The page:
We cannot know Jesus without knowing his story. Today the debate over who Jesus is rages on. Has the Bible bound Christians to a narrow and mistaken notion of Jesus? Should we listen to other gospels, other sayings of Jesus, that enlarge and correct a mistaken story? Is the real Jesus entangled in a web of the church’s Scripture, awaiting liberation from our childhood faith so he might speak to our contemporary pluralistic world? To answer these questions we need to know what story Jesus claimed for himself. Christopher Wright is convinced that Jesus’ own story is rooted in the story of Israel. In this book he traces the life of Christ as it is illuminated by the Old Testament. And he describes God’s design for Israel as it is fulfilled in the story of Jesus.

q6. The Unfolding Mystery: Discovering Christ in the Old Testament by Edmund Clowney

A popular scholarly treatment of Christ in the Old Testament

Have you ever wondered what Christ said to his disciples on the Emmaus road—making their hearts burn? Follow Ed Clowney through the Old Testament as he shows how all the Scriptures point to Christ.

As you explore Old Testament characters and events, you’ll be inspired by the many specific insights they give us into Jesus’ character and lordship.

7. Biblical Theology: Old and New Testaments by Geerhardus Vos

A classic work (originally published in 1948) that broke ground in the study of Biblical Theology from “The Father of Reformed Biblical Theology”.

The aim of this book is no less than to provide an account of the unfolding of the mind of God in history, through the successive agents of his special revelation. Vos handles this under three main divisions: the Mosaic epoch of revelation, the prophetic epoch of revelation, and the New Testament. Such an historical approach is not meant to supplant the work of the systematic theologian; nevertheless, the Christian gospel is inextricably bound up with history, and the biblical theologian thus seeks to highlight the uniqueness of each biblical document in that succession. The rich variety of Scripture is discovered anew as the progressive development of biblical themes is explicated.

8. New Dictionary of Biblical Theology: Exploring the Unity & Diversity of Scripture edited by Brian S. Rosner, T. Desmond Alexander, Graeme Goldsworthy, D. A. Carson

qIf you only buy one of these books, you should seriously consider this comprehensive reference work.

The New Dictionary of Biblical Theology will quickly establish itself as an essential building block of every library of basic biblical reference books. This work takes readers to a higher vantage point where they can view the thematic terrain of the Bible in its canonical wholeness. At the heart of this work is an A-to-Z encyclopedia of over 200 key biblical-theological themes such as atonement, creation, eschatology, Israel, Jesus Christ, the kingdom of God, redemption, suffering, wisdom and worship. Students and communicators of the Bible will be well served by articles exploring the theology of each biblical book. And for those interested in the wider discipline of biblical theology, major articles explore foundational issues such as the history of biblical theology, the challenges raised against biblical theology, and the unity and diversity of Scripture. Over 120 contributors drawn from the front ranks of biblical scholarship in the English-speaking world make the New Dictionary of Biblical Theology a work of distinction and a benchmark of evangelical biblical theology at the turn of the twenty-first century.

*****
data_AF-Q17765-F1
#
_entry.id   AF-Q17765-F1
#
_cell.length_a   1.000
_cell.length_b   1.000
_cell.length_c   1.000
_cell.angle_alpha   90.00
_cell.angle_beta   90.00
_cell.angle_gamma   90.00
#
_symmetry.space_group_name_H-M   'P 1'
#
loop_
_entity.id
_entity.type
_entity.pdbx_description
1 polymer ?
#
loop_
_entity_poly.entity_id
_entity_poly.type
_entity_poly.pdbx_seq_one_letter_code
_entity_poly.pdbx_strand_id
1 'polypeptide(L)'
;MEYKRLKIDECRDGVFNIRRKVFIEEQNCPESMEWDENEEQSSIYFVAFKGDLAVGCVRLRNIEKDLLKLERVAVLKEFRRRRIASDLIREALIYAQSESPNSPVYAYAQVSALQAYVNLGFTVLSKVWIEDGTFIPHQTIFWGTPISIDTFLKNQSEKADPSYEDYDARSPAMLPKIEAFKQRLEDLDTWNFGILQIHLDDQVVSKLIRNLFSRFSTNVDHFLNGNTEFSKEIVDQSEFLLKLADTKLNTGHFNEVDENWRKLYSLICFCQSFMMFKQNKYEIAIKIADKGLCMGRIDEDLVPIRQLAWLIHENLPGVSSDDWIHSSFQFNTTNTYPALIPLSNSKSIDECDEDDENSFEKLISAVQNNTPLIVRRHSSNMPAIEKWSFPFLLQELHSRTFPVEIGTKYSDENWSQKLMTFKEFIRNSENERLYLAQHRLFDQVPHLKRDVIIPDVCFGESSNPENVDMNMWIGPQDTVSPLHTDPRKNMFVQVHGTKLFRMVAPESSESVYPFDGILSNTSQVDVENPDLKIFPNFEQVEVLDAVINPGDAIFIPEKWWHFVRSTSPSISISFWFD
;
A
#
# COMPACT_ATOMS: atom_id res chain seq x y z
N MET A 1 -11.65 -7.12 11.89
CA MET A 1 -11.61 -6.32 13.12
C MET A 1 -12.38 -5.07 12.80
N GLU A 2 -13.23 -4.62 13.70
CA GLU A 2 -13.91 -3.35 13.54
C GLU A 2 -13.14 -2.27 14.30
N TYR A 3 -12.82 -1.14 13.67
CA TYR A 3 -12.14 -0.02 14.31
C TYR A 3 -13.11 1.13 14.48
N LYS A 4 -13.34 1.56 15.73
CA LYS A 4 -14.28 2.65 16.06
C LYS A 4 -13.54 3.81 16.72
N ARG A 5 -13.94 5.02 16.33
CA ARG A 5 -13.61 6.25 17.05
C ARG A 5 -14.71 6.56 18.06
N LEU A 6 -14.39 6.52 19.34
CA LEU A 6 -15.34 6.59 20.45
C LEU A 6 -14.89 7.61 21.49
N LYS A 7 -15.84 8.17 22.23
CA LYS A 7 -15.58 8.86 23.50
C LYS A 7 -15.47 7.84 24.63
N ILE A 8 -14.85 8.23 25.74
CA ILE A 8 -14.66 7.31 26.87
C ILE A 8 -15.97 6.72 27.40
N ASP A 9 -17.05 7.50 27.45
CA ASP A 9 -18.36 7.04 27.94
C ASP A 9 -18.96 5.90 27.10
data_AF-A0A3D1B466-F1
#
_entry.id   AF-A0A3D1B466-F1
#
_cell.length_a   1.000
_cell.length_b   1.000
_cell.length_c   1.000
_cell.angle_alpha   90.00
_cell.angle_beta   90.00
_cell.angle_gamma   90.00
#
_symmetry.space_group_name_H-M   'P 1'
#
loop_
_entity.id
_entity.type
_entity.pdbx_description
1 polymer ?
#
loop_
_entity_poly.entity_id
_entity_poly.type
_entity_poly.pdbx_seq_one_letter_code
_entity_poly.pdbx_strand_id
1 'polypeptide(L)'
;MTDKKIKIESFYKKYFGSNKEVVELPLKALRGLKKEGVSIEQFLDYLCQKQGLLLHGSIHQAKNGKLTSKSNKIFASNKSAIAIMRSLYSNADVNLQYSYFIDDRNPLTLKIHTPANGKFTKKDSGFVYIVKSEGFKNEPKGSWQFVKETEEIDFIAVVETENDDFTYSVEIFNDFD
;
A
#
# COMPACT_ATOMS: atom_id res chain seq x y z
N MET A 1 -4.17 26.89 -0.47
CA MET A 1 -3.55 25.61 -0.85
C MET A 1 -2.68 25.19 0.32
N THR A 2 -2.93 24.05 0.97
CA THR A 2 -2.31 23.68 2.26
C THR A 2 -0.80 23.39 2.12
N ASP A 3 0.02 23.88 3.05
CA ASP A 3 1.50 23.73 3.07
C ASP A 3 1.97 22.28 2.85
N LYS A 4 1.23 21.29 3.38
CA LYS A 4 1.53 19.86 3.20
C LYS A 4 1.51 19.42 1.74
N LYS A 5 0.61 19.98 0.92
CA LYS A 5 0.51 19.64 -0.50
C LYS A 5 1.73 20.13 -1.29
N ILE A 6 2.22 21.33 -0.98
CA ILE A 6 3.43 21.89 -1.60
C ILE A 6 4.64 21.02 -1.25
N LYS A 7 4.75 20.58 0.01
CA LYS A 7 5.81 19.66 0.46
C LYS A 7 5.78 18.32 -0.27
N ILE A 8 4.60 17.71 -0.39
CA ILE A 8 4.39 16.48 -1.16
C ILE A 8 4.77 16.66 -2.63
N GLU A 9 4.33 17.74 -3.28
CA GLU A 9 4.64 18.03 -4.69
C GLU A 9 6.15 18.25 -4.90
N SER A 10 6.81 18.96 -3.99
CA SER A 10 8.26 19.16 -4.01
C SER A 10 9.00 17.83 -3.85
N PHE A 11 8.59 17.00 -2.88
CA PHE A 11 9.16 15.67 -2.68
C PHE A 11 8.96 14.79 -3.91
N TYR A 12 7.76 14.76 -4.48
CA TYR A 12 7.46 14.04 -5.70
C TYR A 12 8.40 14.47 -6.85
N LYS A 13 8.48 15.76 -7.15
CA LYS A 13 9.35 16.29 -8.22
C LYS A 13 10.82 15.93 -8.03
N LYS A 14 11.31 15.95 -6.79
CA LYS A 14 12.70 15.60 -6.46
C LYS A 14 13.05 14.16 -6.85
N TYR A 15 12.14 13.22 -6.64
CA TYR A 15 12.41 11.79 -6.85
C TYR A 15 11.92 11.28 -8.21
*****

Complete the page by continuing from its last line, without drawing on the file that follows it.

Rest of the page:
q9. The Faith of Israel: A Theological Survey of the Old Testament by William J. Dumbrell

This work will open up the Old Testament for you. 

For years, William Dumbrell’s comprehensive survey, The Faith of Israel, has introduced students and pastors to the theological emphases of the Old Testament. Dumbrell traces the theological movement of each Old Testament book through the Hebrew canonical sequence of Law, Prophets, and Writings, “the manner in which Israel presented her faith.” He not only brings forth insightful points and themes within each book, but he also makes original and refreshing connections to themes in other Old Testament books. This in turn leads to a discussion of the theology of the entire Old Testament canon.

10. Commentary on the New Testament Use of the Old Testament edited by D.A. Carson and G.K. Beale

This academic reference book will help readers understand the New Testament’s use of the Old Testament.

Readers of the New Testament often encounter quotes or allusions to Old Testament stories and prophecies that are unfamiliar or obscure. In order to fully understand the teachings of Jesus and his followers, it is important to understand the large body of Scripture that preceded and informed their thinking. Leading evangelical scholars G. K. Beale and D. A. Carson have brought together a distinguished team to provide readers with a comprehensive commentary on Old Testament quotations, allusions, and echoes that appear from Matthew through Revelation. College and seminary students, pastors, scholars, and interested lay readers will want to add this unique commentary to their reference libraries.

Bonus Books:

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“Take that Bible Away from that Man!”